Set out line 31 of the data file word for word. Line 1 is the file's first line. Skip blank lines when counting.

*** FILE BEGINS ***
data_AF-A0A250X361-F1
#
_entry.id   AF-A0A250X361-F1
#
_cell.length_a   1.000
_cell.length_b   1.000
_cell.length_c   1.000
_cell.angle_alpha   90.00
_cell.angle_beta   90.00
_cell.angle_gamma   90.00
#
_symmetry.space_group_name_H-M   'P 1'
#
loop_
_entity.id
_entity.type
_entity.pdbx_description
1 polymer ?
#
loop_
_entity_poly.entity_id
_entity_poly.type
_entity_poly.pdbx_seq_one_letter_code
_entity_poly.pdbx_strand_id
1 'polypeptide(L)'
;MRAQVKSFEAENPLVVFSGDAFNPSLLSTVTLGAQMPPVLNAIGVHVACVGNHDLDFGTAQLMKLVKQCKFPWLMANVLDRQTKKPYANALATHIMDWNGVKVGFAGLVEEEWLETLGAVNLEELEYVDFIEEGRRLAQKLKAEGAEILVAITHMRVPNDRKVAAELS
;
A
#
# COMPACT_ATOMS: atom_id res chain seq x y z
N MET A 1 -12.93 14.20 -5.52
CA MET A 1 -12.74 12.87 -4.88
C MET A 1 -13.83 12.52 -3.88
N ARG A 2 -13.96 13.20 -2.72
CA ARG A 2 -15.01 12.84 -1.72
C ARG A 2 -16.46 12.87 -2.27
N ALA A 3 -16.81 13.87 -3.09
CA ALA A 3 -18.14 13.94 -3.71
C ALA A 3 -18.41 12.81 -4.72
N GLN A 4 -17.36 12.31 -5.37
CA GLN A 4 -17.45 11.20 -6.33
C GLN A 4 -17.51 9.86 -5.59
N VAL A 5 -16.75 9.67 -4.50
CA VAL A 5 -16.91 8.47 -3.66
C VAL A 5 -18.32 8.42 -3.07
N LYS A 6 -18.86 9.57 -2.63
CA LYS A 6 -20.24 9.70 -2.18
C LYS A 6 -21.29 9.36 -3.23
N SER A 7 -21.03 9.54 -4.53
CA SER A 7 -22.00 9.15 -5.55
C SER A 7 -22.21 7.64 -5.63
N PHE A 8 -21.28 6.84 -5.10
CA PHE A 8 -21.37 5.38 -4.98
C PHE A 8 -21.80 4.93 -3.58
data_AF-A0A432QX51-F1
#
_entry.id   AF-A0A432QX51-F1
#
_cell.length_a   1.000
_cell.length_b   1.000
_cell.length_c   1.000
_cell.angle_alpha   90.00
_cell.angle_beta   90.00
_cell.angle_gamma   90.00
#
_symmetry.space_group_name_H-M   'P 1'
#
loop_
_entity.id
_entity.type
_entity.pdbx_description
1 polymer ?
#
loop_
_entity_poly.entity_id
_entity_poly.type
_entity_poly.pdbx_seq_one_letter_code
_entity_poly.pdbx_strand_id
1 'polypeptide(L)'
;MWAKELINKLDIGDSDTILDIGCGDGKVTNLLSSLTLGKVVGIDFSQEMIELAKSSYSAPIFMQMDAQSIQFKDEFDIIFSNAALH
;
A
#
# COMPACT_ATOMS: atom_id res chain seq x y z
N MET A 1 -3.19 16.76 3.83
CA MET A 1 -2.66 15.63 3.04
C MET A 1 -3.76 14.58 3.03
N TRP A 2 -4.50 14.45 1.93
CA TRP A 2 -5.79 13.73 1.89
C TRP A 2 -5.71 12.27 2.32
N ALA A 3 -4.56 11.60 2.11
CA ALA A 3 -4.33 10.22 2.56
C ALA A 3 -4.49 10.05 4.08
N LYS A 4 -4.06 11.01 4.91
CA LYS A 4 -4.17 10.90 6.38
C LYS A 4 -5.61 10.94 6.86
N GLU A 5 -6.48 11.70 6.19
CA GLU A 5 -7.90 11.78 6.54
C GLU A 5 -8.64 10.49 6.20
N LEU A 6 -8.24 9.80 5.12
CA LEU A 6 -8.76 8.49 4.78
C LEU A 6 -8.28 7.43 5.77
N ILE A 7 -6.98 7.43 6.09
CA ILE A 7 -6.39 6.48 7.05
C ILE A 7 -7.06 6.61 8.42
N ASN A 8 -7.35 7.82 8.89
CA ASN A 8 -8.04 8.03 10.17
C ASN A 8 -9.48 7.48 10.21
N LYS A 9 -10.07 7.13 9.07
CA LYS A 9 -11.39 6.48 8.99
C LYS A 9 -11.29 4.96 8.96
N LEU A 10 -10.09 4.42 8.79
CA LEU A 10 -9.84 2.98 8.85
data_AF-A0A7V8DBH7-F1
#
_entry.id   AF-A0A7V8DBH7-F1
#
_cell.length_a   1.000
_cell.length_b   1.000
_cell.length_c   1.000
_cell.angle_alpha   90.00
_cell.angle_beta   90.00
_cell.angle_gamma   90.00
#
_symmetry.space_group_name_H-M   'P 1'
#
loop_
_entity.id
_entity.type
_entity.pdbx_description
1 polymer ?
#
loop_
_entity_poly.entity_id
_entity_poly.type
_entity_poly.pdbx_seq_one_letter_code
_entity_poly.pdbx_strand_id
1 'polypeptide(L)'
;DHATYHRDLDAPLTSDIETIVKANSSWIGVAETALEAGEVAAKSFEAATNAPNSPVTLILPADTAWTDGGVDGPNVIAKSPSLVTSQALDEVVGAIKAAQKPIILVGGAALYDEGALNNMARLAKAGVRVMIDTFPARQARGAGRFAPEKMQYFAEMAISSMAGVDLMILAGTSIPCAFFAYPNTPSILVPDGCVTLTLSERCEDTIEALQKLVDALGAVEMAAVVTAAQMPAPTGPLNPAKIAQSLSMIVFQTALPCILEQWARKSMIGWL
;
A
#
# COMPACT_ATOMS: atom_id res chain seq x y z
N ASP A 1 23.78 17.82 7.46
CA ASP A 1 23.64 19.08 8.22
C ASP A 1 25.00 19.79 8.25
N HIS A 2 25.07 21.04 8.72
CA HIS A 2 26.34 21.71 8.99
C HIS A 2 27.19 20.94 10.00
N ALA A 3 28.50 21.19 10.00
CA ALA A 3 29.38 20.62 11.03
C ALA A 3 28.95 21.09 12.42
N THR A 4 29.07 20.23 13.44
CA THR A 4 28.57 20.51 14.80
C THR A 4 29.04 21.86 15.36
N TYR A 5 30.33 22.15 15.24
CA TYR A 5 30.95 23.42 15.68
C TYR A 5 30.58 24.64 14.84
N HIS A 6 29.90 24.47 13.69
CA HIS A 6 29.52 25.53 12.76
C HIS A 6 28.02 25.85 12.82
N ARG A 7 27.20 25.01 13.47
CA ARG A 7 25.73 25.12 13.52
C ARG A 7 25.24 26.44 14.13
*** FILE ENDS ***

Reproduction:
N MET A 1 -12.93 14.20 -5.52